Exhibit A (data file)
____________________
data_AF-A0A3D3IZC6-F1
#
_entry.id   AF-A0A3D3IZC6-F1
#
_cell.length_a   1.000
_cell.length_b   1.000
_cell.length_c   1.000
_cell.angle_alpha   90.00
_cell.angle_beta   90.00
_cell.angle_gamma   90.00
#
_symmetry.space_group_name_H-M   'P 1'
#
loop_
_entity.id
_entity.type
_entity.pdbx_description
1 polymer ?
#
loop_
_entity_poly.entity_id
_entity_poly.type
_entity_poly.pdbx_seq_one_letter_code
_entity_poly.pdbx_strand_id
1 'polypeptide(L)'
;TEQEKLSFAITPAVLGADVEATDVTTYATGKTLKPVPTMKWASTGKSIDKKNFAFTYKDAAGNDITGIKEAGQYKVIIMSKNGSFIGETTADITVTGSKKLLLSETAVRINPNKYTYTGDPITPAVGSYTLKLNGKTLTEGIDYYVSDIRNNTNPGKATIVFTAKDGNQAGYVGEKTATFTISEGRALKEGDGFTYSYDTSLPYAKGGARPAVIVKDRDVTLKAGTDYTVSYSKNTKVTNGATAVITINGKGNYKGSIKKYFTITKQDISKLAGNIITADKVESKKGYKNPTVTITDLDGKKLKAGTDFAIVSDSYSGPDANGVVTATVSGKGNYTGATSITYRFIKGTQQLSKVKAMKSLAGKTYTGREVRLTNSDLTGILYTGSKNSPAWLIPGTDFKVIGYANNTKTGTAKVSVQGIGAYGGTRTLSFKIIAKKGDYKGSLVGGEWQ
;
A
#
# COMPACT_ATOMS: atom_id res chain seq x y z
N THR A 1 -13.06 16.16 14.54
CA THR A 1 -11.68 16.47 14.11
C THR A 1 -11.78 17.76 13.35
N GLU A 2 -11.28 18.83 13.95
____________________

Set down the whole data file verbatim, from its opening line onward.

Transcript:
data_AF-A0A3D3IZC6-F1
#
_entry.id   AF-A0A3D3IZC6-F1
#
_cell.length_a   1.000
_cell.length_b   1.000
_cell.length_c   1.000
_cell.angle_alpha   90.00
_cell.angle_beta   90.00
_cell.angle_gamma   90.00
#
_symmetry.space_group_name_H-M   'P 1'
#
loop_
_entity.id
_entity.type
_entity.pdbx_description
1 polymer ?
#
loop_
_entity_poly.entity_id
_entity_poly.type
_entity_poly.pdbx_seq_one_letter_code
_entity_poly.pdbx_strand_id
1 'polypeptide(L)'
;TEQEKLSFAITPAVLGADVEATDVTTYATGKTLKPVPTMKWASTGKSIDKKNFAFTYKDAAGNDITGIKEAGQYKVIIMSKNGSFIGETTADITVTGSKKLLLSETAVRINPNKYTYTGDPITPAVGSYTLKLNGKTLTEGIDYYVSDIRNNTNPGKATIVFTAKDGNQAGYVGEKTATFTISEGRALKEGDGFTYSYDTSLPYAKGGARPAVIVKDRDVTLKAGTDYTVSYSKNTKVTNGATAVITINGKGNYKGSIKKYFTITKQDISKLAGNIITADKVESKKGYKNPTVTITDLDGKKLKAGTDFAIVSDSYSGPDANGVVTATVSGKGNYTGATSITYRFIKGTQQLSKVKAMKSLAGKTYTGREVRLTNSDLTGILYTGSKNSPAWLIPGTDFKVIGYANNTKTGTAKVSVQGIGAYGGTRTLSFKIIAKKGDYKGSLVGGEWQ
;
A
#
# COMPACT_ATOMS: atom_id res chain seq x y z
N THR A 1 -13.06 16.16 14.54
CA THR A 1 -11.68 16.47 14.11
C THR A 1 -11.78 17.76 13.35
N GLU A 2 -11.28 18.83 13.95